Spinal Cord Injuries
According to the National Spinal Cord Injury Statistical Center, more than 17,700 Americans sustain injury to the spinal cord every year—and
approximately 291,000 people in the U.S. are currently living with the
long-term effects of a
spinal cord injury. Even more devastating than these numbers is the fact that most of those
who suffer were injured through no fault of their own. Oftentimes, these
injuries are sustained on the job, in a car collision, after a fall, or
while playing sports; and when they happen, victims’ lives are changed forever.
Legal and medical experts alike agree that the catastrophic nature of spinal
cord injuries requires long-term, life care planning to account for the
lifetime of medical and rehabilitative needs that will follow. Whether
your injury is complete or partial, symptoms such as loss of movement,
loss of bladder/bowel control, altered sensations, or total paralysis
will need immediate and ongoing attention. This can be costly, time-consuming,
and both physically and mentally exhausting.
To account for the costs of a spinal cord injury (both financially and
emotionally), you can file a lawsuit for damages, including but not limited to:
Medical bills and rehabilitative costs: From hospital bills to prescription drugs to ongoing physical rehabilitation,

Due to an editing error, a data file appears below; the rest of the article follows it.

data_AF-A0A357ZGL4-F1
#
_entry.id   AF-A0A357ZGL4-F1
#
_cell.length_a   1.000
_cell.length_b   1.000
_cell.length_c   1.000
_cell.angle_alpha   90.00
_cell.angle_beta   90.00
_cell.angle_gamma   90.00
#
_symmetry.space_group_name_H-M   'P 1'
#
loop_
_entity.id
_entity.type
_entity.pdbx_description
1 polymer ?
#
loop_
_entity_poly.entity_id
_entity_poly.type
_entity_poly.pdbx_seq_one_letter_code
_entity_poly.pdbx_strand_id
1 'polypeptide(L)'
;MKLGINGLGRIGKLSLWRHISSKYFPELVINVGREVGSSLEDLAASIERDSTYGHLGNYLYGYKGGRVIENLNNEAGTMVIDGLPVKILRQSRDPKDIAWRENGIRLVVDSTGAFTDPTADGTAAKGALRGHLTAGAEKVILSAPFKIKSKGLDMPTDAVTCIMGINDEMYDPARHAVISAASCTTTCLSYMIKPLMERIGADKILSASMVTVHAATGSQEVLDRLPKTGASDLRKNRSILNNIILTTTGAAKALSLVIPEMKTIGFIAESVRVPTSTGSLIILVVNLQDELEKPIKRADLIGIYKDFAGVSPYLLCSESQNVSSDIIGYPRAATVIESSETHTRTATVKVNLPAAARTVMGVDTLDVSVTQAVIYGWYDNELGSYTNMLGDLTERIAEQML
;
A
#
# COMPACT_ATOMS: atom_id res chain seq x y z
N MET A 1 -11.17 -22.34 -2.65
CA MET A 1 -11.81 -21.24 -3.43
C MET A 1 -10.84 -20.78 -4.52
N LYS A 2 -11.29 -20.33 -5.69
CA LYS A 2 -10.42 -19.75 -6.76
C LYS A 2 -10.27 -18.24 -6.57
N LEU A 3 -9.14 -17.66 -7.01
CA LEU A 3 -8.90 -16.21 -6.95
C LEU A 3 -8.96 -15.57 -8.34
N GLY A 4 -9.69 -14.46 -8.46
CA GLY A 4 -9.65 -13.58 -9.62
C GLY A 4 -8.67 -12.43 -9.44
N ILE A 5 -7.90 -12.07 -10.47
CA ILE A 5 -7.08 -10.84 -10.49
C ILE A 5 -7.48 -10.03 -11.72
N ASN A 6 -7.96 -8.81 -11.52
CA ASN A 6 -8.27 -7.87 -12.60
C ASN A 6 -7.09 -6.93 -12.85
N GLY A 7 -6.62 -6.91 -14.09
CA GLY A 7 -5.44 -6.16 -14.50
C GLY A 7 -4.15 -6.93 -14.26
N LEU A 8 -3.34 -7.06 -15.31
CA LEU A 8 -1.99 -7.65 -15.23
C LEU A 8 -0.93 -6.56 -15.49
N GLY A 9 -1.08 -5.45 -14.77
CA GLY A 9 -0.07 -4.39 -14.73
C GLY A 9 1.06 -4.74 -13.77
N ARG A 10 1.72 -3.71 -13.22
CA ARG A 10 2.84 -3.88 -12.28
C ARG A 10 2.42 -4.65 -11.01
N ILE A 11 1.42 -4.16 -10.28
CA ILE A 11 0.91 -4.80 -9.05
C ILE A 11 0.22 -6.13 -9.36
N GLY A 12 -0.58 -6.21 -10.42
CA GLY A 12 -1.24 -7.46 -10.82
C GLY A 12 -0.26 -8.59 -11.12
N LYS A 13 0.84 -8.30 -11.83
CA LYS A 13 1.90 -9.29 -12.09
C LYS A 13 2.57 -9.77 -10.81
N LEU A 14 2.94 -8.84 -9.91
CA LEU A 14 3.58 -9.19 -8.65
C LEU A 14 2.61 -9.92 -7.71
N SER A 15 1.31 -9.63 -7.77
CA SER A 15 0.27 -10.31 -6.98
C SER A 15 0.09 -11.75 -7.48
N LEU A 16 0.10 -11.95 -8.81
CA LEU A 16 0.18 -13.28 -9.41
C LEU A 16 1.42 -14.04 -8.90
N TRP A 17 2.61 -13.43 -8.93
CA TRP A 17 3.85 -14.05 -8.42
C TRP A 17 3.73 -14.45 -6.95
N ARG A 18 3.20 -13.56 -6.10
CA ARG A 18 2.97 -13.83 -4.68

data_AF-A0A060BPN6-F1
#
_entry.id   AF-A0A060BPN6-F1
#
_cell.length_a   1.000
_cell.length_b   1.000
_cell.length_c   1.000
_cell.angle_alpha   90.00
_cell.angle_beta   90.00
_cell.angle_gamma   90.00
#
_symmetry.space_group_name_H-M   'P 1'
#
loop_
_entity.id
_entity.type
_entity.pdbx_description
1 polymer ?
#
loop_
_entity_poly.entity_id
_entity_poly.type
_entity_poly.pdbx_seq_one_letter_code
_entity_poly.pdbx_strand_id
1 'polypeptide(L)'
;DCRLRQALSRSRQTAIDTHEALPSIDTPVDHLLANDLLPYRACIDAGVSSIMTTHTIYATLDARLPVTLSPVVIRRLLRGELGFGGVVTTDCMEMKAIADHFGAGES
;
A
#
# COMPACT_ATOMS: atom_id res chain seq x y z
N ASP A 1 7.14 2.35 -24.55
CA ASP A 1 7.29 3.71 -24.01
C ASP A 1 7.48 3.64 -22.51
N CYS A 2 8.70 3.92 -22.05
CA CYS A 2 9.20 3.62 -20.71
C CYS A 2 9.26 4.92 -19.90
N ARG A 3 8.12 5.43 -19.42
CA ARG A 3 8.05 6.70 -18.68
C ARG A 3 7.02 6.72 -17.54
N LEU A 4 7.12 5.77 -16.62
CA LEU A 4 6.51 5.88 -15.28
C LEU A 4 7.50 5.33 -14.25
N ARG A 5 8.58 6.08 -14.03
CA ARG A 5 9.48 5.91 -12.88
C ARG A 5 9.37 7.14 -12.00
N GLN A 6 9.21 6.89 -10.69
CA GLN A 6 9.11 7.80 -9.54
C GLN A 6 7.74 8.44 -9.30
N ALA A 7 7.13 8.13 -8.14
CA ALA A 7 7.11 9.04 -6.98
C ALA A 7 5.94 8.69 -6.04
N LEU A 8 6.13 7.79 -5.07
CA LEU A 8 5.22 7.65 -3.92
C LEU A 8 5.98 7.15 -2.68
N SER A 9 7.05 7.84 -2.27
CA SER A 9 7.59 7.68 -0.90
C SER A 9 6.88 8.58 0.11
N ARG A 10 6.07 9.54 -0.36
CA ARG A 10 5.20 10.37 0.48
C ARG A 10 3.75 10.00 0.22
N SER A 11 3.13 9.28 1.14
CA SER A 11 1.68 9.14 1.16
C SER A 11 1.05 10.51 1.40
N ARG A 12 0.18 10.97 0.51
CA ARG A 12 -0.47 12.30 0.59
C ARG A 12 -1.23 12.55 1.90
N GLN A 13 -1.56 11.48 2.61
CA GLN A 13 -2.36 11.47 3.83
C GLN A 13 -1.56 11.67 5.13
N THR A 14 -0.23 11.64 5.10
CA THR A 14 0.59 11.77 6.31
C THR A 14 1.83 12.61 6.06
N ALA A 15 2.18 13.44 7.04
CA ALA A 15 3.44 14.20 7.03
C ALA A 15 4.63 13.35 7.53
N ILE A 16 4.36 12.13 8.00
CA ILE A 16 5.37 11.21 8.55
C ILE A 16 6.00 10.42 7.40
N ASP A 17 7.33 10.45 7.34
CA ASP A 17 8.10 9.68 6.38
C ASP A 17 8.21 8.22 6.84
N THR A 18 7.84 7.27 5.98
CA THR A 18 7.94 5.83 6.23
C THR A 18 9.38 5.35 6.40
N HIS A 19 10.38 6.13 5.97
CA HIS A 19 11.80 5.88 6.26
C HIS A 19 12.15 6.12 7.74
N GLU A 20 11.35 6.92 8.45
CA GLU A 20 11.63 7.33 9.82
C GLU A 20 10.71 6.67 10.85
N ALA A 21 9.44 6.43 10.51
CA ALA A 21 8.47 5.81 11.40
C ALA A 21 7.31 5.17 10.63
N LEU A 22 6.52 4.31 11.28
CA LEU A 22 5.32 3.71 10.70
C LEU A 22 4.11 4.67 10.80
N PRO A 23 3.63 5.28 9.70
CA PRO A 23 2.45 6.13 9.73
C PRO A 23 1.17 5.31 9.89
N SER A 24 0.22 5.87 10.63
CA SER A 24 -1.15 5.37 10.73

you can be compensated for the medical expenses of a spinal cord injury.
Current and future lost wages: You can be compensated for any time spent away from work, whether during
the initial recovery period or due to the fact that you can no longer
perform the same job duties, thus reducing your earning capacity.
Pain and suffering: The long-lasting physical and emotional pain of a spinal cord injury can
result in emotional distress that can be compensated as monetary damages.
According to data from the
American Burn Association (ABA), 486,000 burn injuries were medically treated in 2016.
Burn injury cases may include instances of fires, chemical burns, or electrical
burns. Injuries can range in severity from first-degree burns (which present
symptoms such as red, inflamed skin) to fourth-degree burns that damage
each layer of skin and can reach the tissue and bones underneath. A burn
injury victim may sustain permanent damage to the skin which can include
scars and the loss of feeling in the area due to nerve damage.
The victims of catastrophic burn injuries may be entitled to compensation
for damages including medical bills, lost wages, and transportation expenses.
Non-economic damages may include pain and suffering and emotional distress.
Our legal team represents burn injury victims in the pursuit of compensation
for both financial and non-economic damages.
Because burns can result from many different incidents (such as car accidents,
truck accidents, motorcycle accidents, construction site accidents, or
defective and dangerous products), the legal processes involved in filing
a claim can vary greatly between cases. There are a lot of parties who
could be liable in a burn injury case — a driver, employer, or product
manufacturer are just some examples. Additionally, burn injury claims
could be subject to different statutes of limitations depending on the
type of case that is involved.
There are so many factors involved, which is why it is essential that you
work with a knowledgeable and devoted attorney.
Jason P. Sultzer and the rest of the team handle a wide range of injury cases and are devoted
to pursuing a successful outcome for clients.